Call this the Indeterminacy Problem for SAI. I think that it provides us with strong reason for rejecting SAI, despite that view’s strong naturalistic credentials. Now of course there are a number of ways in which an SAI sympathizer might respond. Let us set aside responses that significantly weaken the metaphysical import of the thesis—say, by construing it as a sort offagon deparler or a semantic thesis of some kind. These may be worth considering, but they are of little interest in the context of a discussion of naturalized metaphysics. One might attempt to contain the problem for SAI without engaging directly with the metaphysics of indeterminacy by reinterpreting the SAI thesis in a non-mereological way (Haber 2013, 2015). At best, I think this postpones answering key questions: How are biologicalparthood and existence (or biological existence ?) conceptually linked? What is the metaphysics of biological parthood such that it evades the indeterminacy problem? Does it do so, for example, by taking a deflationary approach to the metaphysics of species ? If not, then so long as SAI involves ontological claims about what exists and what is identical with what, it is not clear to me how the precise formulation of a theory of biological parthood will be able to address this problem (Slater 2013, 89).

A more direct way of responding, of course, engages directly with the Evans/ Sider arguments. Might a naturalist simply “recalcitrate” (as Quine put it) and take the existence of indeterminately existing (or indeterminately identical) species for granted and use it as evidence that the Evans/Sider arguments are unsound? Of course; but doing so is unsatisfying. Where specifically does the argument go wrong (cf. Dorr 2010)? Suppose that the SAI-naturalist replies as follows: I do not need to tell you where these arguments go wrong. I have the falsity of the conclusion—that indeterminately-existing things are possible—directly from some very well-confirmed science (evolutionary biology and systematics). All you have is your a priori argument that this is impossible. But since such empirical considerations trump your a priori conclusions, we can be confident that these arguments must go wrong somewhere.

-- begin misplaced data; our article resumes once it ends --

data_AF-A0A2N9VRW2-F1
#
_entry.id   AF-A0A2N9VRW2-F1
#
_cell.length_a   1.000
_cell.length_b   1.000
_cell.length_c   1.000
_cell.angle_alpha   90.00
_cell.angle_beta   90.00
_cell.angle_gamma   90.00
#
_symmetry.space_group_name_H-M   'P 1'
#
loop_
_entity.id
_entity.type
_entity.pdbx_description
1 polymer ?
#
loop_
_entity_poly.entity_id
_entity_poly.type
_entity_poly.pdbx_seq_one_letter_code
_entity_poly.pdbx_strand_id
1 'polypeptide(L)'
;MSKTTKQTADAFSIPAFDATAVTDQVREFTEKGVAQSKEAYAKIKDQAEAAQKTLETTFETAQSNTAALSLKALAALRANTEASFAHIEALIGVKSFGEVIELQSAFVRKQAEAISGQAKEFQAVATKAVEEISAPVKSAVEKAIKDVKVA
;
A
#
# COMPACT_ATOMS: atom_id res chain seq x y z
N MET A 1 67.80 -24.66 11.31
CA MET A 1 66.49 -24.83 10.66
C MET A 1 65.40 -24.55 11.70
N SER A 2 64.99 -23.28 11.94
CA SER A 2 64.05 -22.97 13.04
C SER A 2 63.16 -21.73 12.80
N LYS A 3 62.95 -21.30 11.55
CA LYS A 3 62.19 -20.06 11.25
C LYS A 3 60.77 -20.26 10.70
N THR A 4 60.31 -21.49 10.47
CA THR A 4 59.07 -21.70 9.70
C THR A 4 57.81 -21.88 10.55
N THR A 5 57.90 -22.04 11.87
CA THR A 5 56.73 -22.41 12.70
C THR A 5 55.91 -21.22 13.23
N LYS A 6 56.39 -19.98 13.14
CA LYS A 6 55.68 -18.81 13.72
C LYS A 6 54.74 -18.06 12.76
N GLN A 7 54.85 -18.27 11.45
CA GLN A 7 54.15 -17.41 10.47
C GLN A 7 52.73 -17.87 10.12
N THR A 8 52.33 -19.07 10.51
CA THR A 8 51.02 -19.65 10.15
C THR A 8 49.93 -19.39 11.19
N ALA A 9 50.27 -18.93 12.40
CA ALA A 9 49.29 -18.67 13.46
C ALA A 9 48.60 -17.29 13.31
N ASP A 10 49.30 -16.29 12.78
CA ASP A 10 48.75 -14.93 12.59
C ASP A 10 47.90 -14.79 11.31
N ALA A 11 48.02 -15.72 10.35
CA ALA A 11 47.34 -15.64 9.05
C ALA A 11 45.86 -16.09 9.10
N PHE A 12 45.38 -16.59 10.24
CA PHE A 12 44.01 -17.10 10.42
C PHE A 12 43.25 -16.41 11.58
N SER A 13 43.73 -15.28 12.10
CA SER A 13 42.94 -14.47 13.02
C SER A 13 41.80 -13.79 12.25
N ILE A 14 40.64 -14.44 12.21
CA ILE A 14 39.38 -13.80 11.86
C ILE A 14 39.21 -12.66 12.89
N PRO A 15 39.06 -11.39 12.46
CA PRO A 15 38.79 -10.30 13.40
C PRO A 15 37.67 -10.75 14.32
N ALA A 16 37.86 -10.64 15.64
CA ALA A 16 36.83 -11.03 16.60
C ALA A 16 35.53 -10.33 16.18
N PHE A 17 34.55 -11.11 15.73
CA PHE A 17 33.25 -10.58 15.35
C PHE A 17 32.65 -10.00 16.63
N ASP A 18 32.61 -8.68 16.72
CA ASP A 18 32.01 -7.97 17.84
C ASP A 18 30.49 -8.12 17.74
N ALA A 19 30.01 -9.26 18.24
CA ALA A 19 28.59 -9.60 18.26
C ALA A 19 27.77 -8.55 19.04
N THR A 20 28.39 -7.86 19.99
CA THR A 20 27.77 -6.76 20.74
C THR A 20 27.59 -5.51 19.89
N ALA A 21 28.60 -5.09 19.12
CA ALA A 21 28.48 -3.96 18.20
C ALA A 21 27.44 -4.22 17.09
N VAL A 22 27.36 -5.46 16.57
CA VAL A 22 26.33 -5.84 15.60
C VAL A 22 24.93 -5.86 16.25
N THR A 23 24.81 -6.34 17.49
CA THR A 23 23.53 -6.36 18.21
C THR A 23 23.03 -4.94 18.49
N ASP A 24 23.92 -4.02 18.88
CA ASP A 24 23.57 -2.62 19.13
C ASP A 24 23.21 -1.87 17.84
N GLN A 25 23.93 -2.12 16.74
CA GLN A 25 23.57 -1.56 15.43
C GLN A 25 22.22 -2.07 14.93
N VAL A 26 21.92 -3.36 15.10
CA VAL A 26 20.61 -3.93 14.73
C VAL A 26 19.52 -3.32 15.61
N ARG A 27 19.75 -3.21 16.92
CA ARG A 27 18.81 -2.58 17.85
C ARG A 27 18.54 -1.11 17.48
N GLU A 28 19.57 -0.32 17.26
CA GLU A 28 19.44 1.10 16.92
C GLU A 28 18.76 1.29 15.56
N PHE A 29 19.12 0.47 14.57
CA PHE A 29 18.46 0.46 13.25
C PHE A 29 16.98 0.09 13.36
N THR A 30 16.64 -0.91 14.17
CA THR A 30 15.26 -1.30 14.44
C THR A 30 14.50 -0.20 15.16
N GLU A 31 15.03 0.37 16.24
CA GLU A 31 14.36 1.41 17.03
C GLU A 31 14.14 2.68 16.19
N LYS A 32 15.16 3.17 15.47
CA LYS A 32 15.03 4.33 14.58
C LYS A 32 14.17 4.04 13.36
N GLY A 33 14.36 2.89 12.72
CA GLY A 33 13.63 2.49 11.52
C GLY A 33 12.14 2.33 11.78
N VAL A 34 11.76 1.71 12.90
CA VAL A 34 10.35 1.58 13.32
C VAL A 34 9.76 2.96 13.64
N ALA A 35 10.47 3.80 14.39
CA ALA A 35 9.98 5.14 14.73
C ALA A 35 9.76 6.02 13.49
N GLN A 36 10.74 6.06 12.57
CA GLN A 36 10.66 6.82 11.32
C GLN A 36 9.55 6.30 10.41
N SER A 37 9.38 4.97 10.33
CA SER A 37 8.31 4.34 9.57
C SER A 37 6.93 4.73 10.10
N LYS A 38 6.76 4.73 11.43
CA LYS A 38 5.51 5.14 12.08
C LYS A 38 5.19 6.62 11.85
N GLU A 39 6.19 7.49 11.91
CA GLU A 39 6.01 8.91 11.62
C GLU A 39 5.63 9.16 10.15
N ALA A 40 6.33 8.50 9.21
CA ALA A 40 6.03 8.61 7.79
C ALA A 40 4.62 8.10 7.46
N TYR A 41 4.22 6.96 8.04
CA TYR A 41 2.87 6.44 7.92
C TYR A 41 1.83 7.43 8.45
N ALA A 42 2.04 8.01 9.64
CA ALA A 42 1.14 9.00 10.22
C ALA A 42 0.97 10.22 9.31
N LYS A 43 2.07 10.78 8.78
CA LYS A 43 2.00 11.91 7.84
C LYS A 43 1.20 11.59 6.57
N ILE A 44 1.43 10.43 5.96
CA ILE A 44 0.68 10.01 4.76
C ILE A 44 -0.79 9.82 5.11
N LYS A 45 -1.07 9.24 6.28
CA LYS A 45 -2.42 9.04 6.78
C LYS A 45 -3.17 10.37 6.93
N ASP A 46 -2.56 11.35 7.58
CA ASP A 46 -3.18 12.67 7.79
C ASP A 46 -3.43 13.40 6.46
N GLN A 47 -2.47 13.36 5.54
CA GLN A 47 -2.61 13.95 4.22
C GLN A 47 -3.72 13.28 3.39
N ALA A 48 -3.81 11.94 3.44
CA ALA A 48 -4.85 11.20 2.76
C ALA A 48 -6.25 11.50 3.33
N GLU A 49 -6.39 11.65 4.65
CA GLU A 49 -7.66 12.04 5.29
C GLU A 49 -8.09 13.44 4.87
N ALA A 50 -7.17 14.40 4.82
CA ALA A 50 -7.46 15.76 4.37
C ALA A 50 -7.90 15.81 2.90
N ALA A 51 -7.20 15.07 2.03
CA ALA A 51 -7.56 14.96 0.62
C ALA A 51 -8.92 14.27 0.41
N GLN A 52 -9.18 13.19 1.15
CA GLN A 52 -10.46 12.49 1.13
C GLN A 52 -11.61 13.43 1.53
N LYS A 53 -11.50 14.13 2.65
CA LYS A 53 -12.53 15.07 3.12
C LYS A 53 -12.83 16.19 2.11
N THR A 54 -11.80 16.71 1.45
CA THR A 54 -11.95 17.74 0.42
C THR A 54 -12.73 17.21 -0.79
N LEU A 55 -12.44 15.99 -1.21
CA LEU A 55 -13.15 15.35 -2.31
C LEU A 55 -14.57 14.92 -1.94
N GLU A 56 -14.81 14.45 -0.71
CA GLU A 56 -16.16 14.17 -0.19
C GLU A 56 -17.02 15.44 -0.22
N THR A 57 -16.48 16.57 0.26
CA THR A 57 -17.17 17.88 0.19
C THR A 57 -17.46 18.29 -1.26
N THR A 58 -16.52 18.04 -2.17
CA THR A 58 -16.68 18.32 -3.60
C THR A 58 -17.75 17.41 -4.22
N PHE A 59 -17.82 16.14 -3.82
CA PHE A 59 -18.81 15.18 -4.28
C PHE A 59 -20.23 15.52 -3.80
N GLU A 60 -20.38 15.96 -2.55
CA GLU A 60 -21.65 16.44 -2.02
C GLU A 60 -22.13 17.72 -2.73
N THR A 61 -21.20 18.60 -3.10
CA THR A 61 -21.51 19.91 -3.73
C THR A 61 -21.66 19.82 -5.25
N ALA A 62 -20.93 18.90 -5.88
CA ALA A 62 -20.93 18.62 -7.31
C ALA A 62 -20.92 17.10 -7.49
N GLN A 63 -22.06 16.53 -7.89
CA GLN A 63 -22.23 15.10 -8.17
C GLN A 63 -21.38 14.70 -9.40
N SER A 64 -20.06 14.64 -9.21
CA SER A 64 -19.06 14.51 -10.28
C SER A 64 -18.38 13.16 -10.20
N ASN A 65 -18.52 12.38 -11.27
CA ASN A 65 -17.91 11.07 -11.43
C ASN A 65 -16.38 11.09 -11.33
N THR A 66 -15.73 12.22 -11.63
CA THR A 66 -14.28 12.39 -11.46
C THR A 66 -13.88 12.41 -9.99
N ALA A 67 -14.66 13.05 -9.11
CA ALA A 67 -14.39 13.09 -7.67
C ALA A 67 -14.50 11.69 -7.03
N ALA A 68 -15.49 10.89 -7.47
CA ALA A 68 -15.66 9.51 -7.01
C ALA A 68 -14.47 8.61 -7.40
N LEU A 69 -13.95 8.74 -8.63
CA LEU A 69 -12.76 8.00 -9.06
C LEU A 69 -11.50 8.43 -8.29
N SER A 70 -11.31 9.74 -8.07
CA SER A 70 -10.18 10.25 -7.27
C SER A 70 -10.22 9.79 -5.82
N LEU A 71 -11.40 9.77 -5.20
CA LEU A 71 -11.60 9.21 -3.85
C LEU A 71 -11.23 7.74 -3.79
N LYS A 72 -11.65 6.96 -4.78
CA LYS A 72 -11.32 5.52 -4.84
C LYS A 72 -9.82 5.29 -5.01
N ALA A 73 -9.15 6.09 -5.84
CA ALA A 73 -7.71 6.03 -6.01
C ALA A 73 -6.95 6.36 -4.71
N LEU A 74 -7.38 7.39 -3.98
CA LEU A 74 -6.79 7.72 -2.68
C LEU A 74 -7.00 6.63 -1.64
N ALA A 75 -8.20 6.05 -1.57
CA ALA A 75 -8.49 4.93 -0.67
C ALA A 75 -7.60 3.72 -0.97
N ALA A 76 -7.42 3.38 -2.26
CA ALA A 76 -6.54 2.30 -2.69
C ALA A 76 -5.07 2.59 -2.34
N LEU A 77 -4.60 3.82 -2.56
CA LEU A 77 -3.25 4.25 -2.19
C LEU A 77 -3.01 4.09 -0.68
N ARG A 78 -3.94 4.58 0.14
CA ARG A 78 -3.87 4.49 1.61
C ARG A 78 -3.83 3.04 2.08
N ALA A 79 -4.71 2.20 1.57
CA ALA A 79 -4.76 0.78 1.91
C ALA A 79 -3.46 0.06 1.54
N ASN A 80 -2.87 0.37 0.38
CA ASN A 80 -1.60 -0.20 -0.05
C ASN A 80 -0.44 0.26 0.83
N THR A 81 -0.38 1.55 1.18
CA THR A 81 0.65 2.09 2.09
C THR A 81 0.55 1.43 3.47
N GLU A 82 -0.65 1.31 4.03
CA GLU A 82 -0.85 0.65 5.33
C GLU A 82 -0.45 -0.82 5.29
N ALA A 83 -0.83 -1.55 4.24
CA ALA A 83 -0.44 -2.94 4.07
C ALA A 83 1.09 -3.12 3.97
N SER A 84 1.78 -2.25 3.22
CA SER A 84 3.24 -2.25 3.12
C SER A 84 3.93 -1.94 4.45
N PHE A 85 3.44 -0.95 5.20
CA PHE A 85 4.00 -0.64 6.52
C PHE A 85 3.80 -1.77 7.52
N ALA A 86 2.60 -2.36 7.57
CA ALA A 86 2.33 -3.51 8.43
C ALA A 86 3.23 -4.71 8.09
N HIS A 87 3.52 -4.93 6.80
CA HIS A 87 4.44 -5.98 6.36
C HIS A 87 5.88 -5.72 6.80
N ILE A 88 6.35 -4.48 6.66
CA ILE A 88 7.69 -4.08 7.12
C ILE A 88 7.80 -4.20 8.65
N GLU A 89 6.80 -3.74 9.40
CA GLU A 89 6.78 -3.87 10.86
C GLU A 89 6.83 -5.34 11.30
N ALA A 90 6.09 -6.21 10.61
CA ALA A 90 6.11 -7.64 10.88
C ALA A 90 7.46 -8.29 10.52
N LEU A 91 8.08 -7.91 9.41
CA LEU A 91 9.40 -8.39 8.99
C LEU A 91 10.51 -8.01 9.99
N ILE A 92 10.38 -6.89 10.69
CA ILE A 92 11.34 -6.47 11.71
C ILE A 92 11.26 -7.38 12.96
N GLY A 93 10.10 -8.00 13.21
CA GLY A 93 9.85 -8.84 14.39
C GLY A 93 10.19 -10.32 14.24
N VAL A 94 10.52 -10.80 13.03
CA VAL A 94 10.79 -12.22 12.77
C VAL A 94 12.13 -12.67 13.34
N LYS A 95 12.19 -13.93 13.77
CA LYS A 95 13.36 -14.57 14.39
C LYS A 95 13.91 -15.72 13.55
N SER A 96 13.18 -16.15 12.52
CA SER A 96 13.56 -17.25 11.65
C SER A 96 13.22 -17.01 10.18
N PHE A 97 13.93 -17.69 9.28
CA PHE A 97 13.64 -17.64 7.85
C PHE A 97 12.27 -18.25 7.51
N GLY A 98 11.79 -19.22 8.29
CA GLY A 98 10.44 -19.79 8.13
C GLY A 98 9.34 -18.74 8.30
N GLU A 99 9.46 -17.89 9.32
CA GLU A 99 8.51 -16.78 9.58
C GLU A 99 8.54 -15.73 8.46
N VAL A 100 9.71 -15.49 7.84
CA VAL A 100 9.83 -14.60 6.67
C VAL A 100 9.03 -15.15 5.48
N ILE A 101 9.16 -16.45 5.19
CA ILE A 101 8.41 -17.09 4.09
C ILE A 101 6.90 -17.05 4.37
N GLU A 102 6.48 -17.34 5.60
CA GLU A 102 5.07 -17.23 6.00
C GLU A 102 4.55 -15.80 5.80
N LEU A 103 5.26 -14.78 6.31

This sort of response will not do as is, however. For one, it is obviously false that the empirical should always trump the a priori. Imagine an investigator coming to a conclusion at odds with some piece of pure mathematics; she would scarcely consider thinking “well, so much for arithmetic!” Rather, she would double-check her work and look for a mistaken assumption or botched procedure, explaining to colleagues that the numbers just did not add up.[7] Now, one might object at this point that mathematics constitutes a principled exception to the above ranking of the empirical above the a priori and that our imagined naturalist’s reply should be interpreted as committed to the thesis that the empirical always trumps a priori metaphysics. But having made one exception, it seems reasonable to wonder how we might recognize others. Moreover, one might doubt that relative epistemic weight is exhausted by the epistemic modality by which we come to believe something.

Relatedly, and more to our present concerns, E. J. Lowe (1994) argued that certain physical scenarios involving quantum entanglement reveal the falsity of Evans’s conclusion about the impossibility of ontic vague identity. Without descending too far into the detail, he considers a scenario in which an electron is absorbed by an atom and another electron is later emitted. Is the emitted electron the same as the absorbed electron? Lowe claims that there is no saying one way or the other (due to quantum entanglement); but not because we do not know enough or because our names are fuzzy. No, the indeterminacy is ontic. So there we go: ontic indeterminate identity, contra Evans, is possible. And this is shown by one of the best-confirmed scientific theories in the history of science.